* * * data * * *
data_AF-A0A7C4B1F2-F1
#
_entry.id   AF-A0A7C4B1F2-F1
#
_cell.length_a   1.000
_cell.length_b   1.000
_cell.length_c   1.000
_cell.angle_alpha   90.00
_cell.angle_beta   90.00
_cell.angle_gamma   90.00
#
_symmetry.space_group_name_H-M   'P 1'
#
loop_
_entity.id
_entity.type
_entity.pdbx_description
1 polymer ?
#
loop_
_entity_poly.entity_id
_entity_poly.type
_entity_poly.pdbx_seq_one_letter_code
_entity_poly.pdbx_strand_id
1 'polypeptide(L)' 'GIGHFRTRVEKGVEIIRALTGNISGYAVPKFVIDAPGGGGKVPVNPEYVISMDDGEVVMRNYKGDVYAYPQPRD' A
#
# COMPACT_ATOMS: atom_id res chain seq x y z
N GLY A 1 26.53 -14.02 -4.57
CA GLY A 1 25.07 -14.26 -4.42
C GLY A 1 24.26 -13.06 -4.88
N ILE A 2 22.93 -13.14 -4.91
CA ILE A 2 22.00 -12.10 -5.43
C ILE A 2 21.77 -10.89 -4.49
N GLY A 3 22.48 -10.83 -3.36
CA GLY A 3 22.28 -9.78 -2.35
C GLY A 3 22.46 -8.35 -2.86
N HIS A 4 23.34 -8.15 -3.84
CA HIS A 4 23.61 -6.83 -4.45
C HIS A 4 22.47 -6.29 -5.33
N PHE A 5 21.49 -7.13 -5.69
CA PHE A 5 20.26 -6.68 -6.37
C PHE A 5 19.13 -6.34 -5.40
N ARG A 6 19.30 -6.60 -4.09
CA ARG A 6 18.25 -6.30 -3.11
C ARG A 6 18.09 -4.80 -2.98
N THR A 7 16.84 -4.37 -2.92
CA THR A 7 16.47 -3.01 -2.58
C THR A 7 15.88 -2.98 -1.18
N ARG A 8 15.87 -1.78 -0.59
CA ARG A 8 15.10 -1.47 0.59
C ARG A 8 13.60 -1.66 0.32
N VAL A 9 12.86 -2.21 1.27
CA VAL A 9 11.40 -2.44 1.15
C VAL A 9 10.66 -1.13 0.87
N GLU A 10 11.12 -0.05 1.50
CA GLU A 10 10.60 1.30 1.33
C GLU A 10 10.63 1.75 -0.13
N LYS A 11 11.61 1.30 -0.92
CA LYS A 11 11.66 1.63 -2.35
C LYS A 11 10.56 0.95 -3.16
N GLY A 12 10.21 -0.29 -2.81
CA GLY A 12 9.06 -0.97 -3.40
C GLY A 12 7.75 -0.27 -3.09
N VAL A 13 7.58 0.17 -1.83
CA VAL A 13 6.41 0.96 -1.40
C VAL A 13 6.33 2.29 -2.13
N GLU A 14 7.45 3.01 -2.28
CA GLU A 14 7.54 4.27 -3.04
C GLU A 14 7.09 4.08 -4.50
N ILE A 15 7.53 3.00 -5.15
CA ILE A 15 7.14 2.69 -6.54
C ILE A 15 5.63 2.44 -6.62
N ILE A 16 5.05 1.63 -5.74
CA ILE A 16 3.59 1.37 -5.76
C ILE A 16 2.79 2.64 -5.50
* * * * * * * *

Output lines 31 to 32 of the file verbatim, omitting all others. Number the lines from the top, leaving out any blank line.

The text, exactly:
N ILE A 2 22.93 -13.14 -4.91
CA ILE A 2 22.00 -12.10 -5.43